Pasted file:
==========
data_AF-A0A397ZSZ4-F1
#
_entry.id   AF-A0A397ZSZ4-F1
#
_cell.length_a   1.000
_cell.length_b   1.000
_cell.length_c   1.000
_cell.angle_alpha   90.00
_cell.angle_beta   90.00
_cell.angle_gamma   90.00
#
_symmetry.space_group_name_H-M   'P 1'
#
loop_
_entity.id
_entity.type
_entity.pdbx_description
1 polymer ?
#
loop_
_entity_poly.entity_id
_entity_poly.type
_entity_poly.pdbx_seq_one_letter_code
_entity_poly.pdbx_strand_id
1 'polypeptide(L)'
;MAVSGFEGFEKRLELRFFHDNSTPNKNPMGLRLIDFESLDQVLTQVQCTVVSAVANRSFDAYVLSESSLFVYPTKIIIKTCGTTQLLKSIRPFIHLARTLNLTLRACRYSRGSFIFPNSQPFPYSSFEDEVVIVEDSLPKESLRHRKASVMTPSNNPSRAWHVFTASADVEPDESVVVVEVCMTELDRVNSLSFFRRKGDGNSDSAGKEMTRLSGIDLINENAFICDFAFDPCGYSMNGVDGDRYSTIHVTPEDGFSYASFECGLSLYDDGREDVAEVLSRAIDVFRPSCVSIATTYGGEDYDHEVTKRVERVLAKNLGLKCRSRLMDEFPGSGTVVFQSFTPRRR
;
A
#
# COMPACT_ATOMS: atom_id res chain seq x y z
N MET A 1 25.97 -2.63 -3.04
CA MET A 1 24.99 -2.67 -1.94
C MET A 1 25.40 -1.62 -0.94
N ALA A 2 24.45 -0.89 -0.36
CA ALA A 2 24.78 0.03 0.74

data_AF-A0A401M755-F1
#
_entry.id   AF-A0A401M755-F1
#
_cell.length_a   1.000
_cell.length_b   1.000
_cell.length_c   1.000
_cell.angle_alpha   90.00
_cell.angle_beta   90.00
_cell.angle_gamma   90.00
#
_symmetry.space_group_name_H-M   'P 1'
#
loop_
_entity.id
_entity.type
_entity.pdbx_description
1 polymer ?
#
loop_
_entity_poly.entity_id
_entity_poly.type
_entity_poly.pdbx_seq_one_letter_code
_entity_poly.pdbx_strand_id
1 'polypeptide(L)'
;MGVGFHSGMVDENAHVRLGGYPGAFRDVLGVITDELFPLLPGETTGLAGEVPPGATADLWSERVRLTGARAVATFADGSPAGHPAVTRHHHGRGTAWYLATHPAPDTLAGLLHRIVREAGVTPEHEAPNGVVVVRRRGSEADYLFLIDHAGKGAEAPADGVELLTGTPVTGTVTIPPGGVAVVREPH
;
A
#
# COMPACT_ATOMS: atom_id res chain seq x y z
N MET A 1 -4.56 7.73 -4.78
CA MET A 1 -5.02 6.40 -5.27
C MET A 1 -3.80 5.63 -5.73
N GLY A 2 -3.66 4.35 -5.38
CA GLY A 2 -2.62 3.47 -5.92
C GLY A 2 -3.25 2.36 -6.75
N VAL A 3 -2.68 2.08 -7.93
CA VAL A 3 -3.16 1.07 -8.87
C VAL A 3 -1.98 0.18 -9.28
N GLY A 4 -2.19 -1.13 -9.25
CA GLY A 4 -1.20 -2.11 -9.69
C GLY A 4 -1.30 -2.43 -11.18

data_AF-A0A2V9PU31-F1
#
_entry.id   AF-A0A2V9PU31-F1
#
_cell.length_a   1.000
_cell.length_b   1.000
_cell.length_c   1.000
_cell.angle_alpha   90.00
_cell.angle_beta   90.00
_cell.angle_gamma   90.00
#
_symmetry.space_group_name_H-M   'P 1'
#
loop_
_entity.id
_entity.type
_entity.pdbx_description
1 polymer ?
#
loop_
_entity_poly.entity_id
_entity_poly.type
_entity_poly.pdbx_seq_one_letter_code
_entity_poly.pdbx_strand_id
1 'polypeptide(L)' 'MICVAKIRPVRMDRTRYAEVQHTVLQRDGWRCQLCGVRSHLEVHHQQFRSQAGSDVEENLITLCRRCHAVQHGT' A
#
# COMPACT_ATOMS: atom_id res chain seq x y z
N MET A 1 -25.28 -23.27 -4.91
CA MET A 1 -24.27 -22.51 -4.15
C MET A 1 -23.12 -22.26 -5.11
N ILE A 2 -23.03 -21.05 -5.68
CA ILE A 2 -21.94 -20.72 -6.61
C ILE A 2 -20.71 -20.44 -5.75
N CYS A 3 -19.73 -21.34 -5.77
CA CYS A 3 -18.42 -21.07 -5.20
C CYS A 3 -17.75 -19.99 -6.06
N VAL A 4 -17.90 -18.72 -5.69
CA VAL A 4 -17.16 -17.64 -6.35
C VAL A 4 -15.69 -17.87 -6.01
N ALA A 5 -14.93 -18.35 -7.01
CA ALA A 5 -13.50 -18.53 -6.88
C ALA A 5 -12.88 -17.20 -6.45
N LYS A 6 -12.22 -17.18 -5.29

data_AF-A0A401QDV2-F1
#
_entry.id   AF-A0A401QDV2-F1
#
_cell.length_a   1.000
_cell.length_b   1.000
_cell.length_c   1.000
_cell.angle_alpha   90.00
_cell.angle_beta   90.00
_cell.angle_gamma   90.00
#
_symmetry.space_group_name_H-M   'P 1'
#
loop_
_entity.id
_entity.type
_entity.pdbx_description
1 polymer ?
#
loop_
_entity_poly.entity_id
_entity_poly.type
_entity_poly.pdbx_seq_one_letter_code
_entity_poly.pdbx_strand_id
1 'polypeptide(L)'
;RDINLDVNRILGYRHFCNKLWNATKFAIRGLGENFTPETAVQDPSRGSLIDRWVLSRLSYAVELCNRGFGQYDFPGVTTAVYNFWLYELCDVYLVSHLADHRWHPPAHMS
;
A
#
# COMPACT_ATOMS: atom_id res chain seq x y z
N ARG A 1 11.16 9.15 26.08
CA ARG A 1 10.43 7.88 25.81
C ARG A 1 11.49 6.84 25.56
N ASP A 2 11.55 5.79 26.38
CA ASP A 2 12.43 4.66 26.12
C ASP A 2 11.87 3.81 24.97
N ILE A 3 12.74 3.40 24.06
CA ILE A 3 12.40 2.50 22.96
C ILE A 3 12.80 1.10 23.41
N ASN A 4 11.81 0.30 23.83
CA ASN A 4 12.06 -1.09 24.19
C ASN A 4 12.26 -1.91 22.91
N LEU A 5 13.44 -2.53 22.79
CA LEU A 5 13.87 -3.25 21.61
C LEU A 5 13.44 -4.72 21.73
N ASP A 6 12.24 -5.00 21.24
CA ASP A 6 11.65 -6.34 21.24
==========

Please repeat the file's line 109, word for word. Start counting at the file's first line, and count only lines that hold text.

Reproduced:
CA ILE A 2 -21.94 -20.72 -6.61